Preparing for a reflection

"BUSY, BUSY, BUSY. -KV" scrawled on a wall.
Photo by Quinn Dombrowski, flickr, CC-by-sa-2.0.

I was asked to preach at a Vespers service at the Institute for Church Life here at Notre Dame last week, and they very kindly hosted the reflection on the Church Life website. The topic is the Easter season for those of us in academic life, who are extremely rushed right now. “Easter in the busyness.”

I thought it might be interesting, here at PrayTell, to share brief remarks on how I prepare to write a reflection like this, or like the similarly short pieces for Give Us This Day. These will probably make the most sense after you’ve read the reflection itself.

  1. First, I consider the tenor of the liturgical year. I like to think of liturgical preaching as the scriptures steeped (like tea) in the water of the time at hand, or as set (like a gem) in the metal of the current season.
Photo by A Girl With Tea, flickr, CC-by-2.0.
Photo by A Girl With Tea, flickr, CC-by-2.0.

2. Next, I consider the assembly. What are their characteristic sorrows and joys, hopes and anxieties, as they gather for worship? In this case, this was particularly easy, as I myself am prey to the same overcommitment at this time of the semester that I hazarded the assembly I was joining would feel. This was exacerbated by the time of day, since the Vespers service was at 5:15 pm, with many coming from another commitment and headed to yet other commitments in the evening.

3. I read through the scriptures for the day, trying to see them through the assembly’s eyes. What lines seem to “draw near,” as I put it in this reflection, to their experience right now? What parts are trying to open their hearts to a new vision or might breathe encouragement into their minds? I think it’s essential not to do the reading of the scriptures first, and end with the ways the assembly might hear them. Instead, I try to put on the lens of the assembly’s hearing of the scriptures right at the outset. Here, it was the futility depicted in the Psalm, which is the experience of those who do not entrust themselves to God’s help, but which reflects, for many of us, the experience of being stressed or overwhelmed. This highlighted the main message the scriptures had to offer to the assembly: the perspective that God alone is able to complete the work of the kingdom (a strong Resurrection message).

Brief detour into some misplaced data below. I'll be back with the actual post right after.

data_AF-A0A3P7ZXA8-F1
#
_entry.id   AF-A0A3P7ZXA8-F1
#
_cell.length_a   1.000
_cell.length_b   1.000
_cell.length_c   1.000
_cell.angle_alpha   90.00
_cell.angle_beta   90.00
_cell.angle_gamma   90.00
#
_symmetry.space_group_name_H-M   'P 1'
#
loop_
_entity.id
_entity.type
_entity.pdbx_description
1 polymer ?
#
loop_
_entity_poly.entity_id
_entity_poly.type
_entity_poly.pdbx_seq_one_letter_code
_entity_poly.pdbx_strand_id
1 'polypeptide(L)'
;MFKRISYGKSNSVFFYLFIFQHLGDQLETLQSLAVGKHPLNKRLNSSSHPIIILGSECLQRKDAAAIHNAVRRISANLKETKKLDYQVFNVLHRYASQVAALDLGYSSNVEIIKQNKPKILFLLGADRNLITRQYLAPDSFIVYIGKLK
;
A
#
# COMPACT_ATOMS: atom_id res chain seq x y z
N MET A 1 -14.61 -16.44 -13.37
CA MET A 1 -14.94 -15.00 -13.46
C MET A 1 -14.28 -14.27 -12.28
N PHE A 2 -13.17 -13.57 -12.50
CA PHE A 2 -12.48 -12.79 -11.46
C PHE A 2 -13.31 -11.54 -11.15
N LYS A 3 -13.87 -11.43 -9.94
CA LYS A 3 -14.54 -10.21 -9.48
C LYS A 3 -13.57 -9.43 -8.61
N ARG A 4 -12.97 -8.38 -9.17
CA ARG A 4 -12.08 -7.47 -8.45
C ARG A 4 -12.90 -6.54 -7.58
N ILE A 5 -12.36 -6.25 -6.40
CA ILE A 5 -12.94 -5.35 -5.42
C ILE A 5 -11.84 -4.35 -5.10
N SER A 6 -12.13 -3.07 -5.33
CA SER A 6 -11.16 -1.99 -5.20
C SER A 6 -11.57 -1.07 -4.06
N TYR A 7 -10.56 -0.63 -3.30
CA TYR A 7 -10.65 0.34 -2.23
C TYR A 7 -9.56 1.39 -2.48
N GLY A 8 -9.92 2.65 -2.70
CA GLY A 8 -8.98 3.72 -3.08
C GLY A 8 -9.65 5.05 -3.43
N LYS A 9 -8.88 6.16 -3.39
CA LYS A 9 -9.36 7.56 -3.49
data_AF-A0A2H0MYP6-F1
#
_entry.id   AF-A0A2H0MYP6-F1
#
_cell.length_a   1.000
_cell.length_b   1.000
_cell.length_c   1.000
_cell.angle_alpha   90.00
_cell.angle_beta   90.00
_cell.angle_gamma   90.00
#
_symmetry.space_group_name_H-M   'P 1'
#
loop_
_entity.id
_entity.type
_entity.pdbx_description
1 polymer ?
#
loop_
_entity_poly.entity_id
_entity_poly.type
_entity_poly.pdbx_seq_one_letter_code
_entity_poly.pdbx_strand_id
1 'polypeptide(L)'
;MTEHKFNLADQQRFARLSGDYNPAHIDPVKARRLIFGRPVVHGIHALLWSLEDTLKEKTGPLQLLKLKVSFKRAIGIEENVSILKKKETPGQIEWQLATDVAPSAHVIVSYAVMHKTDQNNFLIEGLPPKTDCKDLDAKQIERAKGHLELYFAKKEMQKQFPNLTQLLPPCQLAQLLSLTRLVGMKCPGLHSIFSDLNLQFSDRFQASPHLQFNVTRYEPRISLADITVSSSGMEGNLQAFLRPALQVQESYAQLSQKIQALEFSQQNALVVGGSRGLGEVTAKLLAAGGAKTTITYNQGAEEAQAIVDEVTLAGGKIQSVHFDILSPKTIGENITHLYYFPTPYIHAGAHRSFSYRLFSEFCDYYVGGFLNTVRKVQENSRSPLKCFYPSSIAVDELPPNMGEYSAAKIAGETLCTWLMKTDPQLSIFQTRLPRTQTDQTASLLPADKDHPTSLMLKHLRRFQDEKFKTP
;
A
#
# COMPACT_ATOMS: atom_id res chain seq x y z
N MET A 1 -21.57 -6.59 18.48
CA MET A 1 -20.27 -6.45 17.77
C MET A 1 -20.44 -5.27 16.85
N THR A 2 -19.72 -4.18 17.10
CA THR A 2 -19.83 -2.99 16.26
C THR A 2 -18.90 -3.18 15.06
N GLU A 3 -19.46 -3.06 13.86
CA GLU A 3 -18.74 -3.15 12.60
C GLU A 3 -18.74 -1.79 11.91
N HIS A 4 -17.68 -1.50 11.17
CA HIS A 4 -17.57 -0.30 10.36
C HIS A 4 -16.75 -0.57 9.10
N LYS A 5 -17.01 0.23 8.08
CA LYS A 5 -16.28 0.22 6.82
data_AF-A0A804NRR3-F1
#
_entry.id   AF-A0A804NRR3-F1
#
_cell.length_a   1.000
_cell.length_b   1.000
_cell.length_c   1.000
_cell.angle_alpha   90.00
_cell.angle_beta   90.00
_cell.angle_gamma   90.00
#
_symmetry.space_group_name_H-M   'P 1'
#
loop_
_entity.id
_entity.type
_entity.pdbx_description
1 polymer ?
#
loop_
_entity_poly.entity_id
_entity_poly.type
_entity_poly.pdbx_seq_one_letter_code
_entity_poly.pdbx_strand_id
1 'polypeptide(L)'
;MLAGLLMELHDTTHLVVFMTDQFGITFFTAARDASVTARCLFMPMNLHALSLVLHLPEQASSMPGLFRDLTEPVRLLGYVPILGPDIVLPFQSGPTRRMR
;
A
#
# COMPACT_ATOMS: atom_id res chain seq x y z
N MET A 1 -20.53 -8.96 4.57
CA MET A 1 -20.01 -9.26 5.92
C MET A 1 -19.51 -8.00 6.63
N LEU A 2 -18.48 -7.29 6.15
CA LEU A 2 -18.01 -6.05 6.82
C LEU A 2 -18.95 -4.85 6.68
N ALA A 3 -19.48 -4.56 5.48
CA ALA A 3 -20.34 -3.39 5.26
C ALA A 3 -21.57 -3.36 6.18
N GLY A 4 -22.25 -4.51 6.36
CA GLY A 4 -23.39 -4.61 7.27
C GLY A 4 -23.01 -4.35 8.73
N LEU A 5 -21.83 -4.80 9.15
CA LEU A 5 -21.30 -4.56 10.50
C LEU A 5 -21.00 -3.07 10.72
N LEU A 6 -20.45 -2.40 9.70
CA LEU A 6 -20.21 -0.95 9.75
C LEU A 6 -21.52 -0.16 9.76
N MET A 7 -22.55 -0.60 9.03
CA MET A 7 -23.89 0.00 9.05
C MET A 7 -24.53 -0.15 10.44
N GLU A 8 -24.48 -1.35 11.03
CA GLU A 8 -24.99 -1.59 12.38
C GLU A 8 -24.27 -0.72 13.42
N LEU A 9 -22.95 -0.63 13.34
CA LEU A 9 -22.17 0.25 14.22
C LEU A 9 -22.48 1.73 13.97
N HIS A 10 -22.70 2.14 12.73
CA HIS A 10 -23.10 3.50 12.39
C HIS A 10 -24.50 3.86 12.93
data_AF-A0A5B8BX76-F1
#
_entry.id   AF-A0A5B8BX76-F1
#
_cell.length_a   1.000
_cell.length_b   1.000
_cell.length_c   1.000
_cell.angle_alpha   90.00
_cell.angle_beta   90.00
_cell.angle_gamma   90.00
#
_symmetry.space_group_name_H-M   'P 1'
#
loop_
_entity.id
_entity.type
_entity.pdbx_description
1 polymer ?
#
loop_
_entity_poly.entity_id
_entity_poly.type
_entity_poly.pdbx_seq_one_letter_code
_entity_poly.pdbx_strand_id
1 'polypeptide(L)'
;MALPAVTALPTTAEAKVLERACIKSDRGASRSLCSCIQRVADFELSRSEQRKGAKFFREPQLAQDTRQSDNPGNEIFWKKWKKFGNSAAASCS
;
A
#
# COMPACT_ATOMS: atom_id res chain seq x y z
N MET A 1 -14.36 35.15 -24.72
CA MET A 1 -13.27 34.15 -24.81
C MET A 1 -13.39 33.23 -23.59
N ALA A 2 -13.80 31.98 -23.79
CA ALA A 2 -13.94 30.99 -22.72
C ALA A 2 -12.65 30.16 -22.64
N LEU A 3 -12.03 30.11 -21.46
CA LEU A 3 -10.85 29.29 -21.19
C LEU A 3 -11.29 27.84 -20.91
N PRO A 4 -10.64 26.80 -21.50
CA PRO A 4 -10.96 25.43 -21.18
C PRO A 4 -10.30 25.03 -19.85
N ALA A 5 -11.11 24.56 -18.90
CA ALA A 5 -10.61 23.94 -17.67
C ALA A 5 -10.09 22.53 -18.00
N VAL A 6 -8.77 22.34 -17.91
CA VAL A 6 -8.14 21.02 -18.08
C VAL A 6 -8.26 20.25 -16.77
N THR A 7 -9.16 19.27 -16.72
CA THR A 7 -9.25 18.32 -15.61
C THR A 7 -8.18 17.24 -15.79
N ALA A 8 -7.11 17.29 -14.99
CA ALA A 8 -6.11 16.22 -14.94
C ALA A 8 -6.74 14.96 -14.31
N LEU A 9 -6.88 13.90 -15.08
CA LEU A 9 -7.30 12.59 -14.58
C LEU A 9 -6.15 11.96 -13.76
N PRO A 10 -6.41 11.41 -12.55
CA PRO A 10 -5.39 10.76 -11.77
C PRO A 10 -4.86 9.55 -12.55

4. I find the ways that the scriptures resonate with one another. From this first insight, I noticed the abundant imagery of God’s all-sufficient power in the two Psalms, and its application to Christ the Risen Lord of Creation in Colossians and Hebrews. The happy fact that the parable of the lazy farmer can be told in one sentence gave me a way to connect the grain imagery in the Psalms with Christ the “first-born of creation,” “first born from the dead,” and the High Priest who alone and once for all accomplishes salvation. I didn’t want to miss an opportunity to treat “ephapax” in an irenic way. Finally, and at the last moment, I recollected “Now the Green Blade Rises,” and concluded with the title for Christ the risen grain, which completed the shift in perspective from overburdened workers to weeping sowers hoping for an eschatological harvest.

5. Ensure that the language reflects the message and the liturgical season. Here an interesting thing happened: the editor changed one word of my reflection to fit with its transfer from oral proclamation to on the blog screen. I probably wouldn’t have even noticed, except to me, the word chosen stands in tension with the central message and the Easter vision. Who can guess what word it is?
How does this compare to the way others among you prepare for preaching?

One comment

  1. I think that in preparing a homily I almost always do all five of these things, though I don’t always do them in the order laid out here. Sometimes, for example, I begin with something that has been happening in our community at the forefront of my mind before I ever look at the scriptures. I hope that doesn’t lead me into eisegesis (though I’m just po-mo enough not to worry about such things too much). Also, though this might be implied in #2, I think time spent reflecting on what has been happening in the wider world is also important.

    I think your fifth point is an important one and a place where homilies can often fail. One reason why I write my homilies out in full and deliver them pretty much as written (though never exactly) is because when you have a limited amount of time every word matters. Also, while it might be gimmicky to try to come up on every occasion with a memorable phrase that your hearers can carry with them as a “take away,” it doesn’t hurt to have a bit of verbal craft, to make our language as beautiful and evocative as possible. I sometimes get the feeling that many homilists think that only the ideas matter, but homilies and reflections are “sacramental” in the sense that form and content go together. So time spent on words is time well spent.

    Great reflection, by the way (though I couldn’t figure out what word had been changed).

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